Enter the 2019 R&D 100 Awards!
The soybean-based floor coating from the Ohio Soybean Council is 2018 R&D 100 Award winner. All of the R&D 100 Awardees were announced at the R&D 100 Awards Gala held in Orlando, Florida on Nov. 16, 2018.
The R&D 100 Awards have served as the most prestigious innovation awards program for the past 57 years, honoring R&D pioneers and their revolutionary ideas in science and technology.
Submissions for the 2019 R&D 100 Awards are now being accepted. Any new technical product or process that was first available for purchase or licensing between January 1, 2018 and March 31, 2019, is eligible for entry in the 2019 awards.
The epoxies predominantly used to coat industrial flooring effectively protect the floor, but often require a long-curing process that could take up to a week and can result in harmful pollutants being emitted into the atmosphere.
The current floor coating market is dominated by two-part epoxies, with polyurethanes, acrylics, and polyurea/polyaspartics also in the market mix. While effective, it is well-documented that many of these coatings emit volatile organic compounds (VOCs) and other hazardous airborne pollutants into the atmosphere.
To combat these issues, the Ohio Soybean Council (OSC) and Light Curable Coatings (LCC) have developed a soybean-based floor coating product that cures almost immediately without the harmful environmental impact.
“We’ve developed this floor coating that is based on soybeans, based on biorenewable raw materials, that is solvent-free, that is free of VOCs and is able to applied and cured much more quickly than epoxies and other coatings on the market place,” Ben Curatolo, PhD, the president of Light Curable Coatings, said in an exclusive interview with R&D Magazine. “Not only is there the biorenewability aspect, but it is also more efficient.”
In November 2018, the OSC and Light Curable Coatings received a R&D 100 Award for this technology and were also honored as part of the R&D 100 Awards with a Special Recognition for Green Technology. Quick Cure Protective Coatings and Redwood Innovations were also honored as co-developers.
One of the benefits of the soybean-based coating is that it is easily cured with a UV light.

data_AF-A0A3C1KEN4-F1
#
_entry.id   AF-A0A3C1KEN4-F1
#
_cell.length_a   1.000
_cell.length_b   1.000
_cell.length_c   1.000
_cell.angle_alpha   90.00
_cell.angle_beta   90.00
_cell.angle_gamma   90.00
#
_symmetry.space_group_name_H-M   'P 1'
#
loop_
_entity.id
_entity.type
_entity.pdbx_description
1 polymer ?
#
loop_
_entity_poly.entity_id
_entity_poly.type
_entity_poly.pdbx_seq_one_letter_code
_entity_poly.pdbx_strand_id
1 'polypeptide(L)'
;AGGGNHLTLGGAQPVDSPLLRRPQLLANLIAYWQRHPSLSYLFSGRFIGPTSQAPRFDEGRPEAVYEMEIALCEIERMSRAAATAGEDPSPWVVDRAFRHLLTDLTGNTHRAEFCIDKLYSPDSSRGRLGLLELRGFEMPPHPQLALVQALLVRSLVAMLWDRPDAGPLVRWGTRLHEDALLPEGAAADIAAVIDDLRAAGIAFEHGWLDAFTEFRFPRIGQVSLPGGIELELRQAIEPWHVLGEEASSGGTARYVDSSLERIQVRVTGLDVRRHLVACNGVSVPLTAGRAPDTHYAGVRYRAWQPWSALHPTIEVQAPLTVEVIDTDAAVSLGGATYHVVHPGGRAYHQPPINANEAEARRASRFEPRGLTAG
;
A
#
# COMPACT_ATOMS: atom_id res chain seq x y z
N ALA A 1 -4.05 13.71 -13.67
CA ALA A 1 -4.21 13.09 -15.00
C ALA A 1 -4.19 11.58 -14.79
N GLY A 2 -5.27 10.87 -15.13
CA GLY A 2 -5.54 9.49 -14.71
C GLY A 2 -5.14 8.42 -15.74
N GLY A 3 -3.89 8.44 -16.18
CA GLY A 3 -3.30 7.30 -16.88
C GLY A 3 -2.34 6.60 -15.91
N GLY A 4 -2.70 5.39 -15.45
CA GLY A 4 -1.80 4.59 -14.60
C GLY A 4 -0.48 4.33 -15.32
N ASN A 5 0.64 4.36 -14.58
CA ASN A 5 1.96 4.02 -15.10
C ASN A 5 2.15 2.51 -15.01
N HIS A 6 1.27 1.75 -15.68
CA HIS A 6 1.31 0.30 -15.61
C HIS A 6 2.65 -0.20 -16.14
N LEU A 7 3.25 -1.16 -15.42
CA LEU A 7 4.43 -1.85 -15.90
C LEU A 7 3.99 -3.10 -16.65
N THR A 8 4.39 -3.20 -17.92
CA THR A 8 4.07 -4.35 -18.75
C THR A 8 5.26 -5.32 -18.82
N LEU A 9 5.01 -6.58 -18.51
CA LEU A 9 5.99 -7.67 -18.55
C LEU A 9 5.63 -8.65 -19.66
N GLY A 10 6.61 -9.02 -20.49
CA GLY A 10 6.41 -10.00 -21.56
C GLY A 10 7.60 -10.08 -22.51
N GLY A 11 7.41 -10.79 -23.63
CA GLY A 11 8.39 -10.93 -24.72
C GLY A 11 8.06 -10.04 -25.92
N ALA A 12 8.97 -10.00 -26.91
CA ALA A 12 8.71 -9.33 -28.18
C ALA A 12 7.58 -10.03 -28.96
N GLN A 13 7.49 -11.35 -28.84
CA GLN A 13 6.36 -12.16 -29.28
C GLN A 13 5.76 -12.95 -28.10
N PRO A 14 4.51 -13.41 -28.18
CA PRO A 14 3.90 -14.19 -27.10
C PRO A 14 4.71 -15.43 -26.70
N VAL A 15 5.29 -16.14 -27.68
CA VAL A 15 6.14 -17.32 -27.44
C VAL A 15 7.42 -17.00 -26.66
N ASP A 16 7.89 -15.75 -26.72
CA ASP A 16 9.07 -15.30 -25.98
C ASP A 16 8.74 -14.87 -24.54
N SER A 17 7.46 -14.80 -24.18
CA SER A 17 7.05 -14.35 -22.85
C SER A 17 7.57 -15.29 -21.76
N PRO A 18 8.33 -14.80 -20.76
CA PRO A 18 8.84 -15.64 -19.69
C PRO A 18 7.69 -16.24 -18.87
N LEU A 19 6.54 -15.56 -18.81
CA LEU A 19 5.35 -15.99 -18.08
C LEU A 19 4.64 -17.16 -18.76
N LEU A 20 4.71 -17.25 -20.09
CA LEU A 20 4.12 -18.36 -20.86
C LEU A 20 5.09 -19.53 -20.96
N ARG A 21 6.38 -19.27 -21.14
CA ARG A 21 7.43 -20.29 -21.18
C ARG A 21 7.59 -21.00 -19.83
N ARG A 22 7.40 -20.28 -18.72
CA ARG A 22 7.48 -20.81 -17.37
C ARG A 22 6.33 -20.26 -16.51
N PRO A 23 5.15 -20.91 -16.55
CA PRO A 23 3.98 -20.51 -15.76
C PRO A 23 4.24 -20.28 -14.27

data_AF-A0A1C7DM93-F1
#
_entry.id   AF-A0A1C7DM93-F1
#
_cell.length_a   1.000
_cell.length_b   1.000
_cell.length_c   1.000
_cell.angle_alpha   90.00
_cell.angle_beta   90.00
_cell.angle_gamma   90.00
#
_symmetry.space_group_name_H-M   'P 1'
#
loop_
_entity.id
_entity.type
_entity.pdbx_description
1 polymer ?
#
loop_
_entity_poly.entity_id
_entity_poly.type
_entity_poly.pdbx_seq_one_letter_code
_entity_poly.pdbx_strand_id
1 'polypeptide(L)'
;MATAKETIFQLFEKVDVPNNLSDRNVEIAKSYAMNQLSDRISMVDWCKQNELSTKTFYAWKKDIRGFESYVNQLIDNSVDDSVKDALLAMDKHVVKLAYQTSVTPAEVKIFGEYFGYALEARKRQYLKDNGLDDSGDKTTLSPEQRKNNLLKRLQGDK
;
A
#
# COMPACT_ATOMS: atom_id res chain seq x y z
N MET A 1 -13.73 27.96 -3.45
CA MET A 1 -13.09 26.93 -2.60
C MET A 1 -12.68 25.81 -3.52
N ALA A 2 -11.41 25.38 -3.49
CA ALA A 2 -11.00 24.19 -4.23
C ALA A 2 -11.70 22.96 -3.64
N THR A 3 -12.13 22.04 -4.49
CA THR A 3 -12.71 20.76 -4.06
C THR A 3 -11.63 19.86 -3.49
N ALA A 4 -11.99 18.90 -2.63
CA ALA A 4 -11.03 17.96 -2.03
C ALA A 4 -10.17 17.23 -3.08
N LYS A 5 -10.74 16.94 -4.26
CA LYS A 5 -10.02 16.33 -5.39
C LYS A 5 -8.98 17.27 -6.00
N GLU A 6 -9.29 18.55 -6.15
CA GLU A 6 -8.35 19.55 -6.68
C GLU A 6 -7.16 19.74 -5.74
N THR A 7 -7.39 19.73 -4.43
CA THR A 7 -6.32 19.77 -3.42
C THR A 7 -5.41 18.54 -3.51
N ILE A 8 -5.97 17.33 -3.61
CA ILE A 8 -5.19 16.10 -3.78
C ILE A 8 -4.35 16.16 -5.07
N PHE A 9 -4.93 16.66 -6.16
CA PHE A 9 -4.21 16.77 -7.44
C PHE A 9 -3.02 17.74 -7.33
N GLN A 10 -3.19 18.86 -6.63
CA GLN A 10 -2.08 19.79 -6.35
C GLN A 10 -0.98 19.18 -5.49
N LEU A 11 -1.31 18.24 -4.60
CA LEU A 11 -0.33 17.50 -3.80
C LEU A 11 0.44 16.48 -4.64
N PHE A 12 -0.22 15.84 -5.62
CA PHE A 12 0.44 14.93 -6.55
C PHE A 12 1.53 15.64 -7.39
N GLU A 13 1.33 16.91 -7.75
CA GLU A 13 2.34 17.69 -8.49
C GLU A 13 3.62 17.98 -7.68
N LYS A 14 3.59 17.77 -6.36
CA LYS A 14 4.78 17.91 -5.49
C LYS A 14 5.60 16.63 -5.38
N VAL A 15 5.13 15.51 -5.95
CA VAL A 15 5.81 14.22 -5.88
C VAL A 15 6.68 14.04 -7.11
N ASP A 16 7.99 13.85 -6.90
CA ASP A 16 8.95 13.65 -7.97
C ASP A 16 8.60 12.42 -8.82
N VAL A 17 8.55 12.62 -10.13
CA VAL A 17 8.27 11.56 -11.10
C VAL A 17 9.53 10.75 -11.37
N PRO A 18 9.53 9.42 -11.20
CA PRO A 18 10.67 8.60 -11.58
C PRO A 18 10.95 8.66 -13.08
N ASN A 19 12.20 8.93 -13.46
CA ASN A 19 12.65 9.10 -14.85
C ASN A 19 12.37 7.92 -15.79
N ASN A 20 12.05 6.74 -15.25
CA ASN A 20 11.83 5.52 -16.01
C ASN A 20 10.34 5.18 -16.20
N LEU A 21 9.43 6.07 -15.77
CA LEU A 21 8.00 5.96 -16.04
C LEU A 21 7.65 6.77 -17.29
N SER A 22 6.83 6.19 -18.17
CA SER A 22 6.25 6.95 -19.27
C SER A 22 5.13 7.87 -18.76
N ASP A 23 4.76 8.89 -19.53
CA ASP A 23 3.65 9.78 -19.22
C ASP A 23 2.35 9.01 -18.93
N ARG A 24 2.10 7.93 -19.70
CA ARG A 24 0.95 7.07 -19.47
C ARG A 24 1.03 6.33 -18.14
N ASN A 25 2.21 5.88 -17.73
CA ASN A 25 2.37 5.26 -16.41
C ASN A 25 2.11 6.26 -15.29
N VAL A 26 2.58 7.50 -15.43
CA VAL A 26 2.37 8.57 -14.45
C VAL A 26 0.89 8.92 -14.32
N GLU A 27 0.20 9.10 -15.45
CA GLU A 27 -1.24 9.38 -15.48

“Some of the standard epoxy floors, if you have an installation in a warehouse or an airplane hangar it may take a week or more for that coating to be completely dried and ready to use,” said Curatolo. “Ours, you walk a light over it that basically looks like a lawnmower, except there’s a light instead of a blade and as soon as you walk over it, it is completely cured and you can walk over it.”
The efficiency of the UV technology significantly reduces the time required to apply a high-performance coating to a floor, cure the coating, and put that floor back into service.
“It’s usually for industrial areas where they want to get that area back and into use really quickly,” Barry McGraw, Director, Product Development and Commercialization at the OSC, said in an interview with R&D Magazine. “Things where if you can’t use that room for a period of time you’re really losing a lot of money.”
The new coating is targeted for a variety of high-traffic buildings, including hospitals, retail stores and industrial warehouses, which are locations where heavy machinery and equipment may be commonly traveling over the flooring.
To coat the flooring in a lot of these types of buildings and businesses with normal epoxy coating, the area could need to be shut off to people for up to a week or more. However, with the soybean-based coating, the researchers said it can be cured almost immediately, saving money on both labor costs and reducing the loss of productivity.
The soybean-based coating can be applied with a lower thickness than most epoxies, meaning that less of it is needed to coat the floors and walls. The researchers also said that some epoxies can still emit an odor even a week after coating, but the soybean-based coating is basically odorless once it cures.
“The cost benefit comes largely from the reduced labor costs,” Curatolo said. “The material costs are comparable or less, but the labor costs are much less because it doesn’t take as much time to apply different layers. It’s something that’s hard to exactly quantify because each job is different but if you have an area where it would take an entire week to apply multiple layers of an epoxy coating and you can do all of ours in one day then obviously you would have much lower costs.”
While they have not tested the coating against every possible chemical, the researchers said it was resistant to many chemicals and solvents that are commonly used in industry, including the major cleaning and automotive fluids. Although it is not known exactly how long the new coating will last before it needs to be replaced, the researchers believe its toughness and resistance is proof that it will last as long or longer than epoxy floor coatings.
The soybean-based coating also has proven to be effective even in areas where epoxies have not been effective. For example, the coolers used to store dairy at grocery stores are often too cold for traditional coatings to cure, while the soybean-based coating is effective in this scenario.
Education is sometimes required to get customers on board with the novel product, said researchers.
Because it is a newer concept, the researchers must often prove to a potential contractor client how it works. The team said they often demonstrate on a small floor area how well the soybean-based coating works before they move on to larger areas.